I have them arranged in the order I received them. From left to right –

Fukurokuju, Bentaiten, Daikoku, Ebisu, Bishamonten, Hotei, Jurojin

A close up picture of the God ornaments. So, cute!


2017 – Year of the Rooster. I purchased a cock ornament at the first temple.

I also purchased a board to have stamped at each temple. The finished board with all seven stamps is pictured below.


Our first stop was the Toshoji Temple in Zushi.

This temple is dedicated to Fukurokuju the God of fortune (fuku), happiness (roku) and longevity (ju). The rope in the picture is very significant to the Buddhist. The statue of the God, Fukurokuju, is inside the temple where visitors are not permitted. As an alternative to touching the statue when praying, a person can hold onto the rope. The rope is connected to the statue. Think of the rope as a telephone line to the God. With no international changes or dialing assistance needed.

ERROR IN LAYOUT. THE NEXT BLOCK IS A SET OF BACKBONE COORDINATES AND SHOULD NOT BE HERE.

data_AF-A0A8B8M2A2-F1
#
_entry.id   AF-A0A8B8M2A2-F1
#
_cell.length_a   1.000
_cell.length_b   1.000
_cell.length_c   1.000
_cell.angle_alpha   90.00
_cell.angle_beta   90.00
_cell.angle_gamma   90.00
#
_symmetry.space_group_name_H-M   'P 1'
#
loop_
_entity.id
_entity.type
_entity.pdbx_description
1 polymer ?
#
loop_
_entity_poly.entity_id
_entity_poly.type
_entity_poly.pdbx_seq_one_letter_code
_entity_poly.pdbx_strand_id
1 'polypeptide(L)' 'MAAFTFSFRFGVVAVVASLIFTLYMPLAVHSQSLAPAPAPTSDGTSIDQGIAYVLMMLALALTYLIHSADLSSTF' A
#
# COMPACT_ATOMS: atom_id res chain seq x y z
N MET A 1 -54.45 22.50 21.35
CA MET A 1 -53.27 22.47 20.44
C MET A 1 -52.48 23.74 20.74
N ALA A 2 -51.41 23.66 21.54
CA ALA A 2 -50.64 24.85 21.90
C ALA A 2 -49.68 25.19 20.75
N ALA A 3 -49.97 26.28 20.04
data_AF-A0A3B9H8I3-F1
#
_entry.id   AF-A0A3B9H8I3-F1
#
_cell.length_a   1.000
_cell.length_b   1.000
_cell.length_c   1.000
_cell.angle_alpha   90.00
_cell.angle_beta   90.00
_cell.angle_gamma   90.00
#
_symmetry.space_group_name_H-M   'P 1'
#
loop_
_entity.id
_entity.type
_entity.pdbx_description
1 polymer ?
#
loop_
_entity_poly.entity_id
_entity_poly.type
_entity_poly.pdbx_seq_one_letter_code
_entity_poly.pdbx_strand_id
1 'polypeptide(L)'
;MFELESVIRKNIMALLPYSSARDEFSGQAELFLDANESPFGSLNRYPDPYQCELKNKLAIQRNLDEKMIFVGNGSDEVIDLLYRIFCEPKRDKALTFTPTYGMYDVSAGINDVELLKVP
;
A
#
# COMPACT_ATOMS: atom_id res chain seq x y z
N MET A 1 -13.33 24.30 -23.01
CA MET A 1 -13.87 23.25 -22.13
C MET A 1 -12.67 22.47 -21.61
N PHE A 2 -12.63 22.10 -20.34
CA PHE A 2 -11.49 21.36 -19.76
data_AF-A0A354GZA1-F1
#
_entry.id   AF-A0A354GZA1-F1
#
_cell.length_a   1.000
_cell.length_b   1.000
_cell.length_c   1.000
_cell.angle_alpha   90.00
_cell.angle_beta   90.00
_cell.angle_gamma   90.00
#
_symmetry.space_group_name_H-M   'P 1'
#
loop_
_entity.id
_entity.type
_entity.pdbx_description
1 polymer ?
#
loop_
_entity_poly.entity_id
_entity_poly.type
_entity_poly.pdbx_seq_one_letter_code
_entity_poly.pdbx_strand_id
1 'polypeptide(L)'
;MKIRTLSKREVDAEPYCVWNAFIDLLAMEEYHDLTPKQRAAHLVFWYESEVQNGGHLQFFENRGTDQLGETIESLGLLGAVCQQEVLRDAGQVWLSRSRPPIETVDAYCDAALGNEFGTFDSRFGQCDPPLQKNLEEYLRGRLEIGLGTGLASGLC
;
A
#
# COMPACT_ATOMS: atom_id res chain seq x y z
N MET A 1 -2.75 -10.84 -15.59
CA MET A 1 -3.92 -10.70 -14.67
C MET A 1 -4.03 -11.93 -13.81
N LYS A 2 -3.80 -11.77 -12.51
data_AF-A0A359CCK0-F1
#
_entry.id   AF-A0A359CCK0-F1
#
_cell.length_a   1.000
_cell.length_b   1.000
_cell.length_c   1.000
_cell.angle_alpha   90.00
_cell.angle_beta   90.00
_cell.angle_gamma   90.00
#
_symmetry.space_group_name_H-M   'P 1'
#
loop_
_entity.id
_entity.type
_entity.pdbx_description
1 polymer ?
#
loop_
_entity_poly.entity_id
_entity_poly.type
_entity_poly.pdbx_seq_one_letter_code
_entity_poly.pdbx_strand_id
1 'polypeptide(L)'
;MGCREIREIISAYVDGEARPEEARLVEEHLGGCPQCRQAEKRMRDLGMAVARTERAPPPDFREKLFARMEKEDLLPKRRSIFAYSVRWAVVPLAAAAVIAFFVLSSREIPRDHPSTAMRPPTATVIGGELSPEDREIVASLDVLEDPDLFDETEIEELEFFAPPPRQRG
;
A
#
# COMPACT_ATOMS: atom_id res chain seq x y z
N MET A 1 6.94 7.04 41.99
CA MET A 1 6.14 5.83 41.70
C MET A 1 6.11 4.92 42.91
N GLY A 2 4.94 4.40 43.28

At the temple I also had my new temple book stamped.


Our second stop was at the Enmei-ji Temple. You will notice the temples are adorned with the same decorations. The flags are prominently displayed to celebrate the new year. This temple is dedicated to the Benzaiten. Benzaiten is the God of music and fine arts.

Another temple stamp.

The third stop as at a temple with only a kanji name. This temple is dedicated to Daikoku is the God of wealth and prosperity.

So much sake!



Our fourth stop was at the Gyokuzoin Temple in Hayama. Again, at this temple the statue of the God Ebisu isn’t available to visitors. The hanging ropes provide direct access for prayers. Ebisu is the god of fishing.

This cherry tree not only has blooms set, a couple of them were already to blooming! A true sign of spring. However, it is only the 5th of January.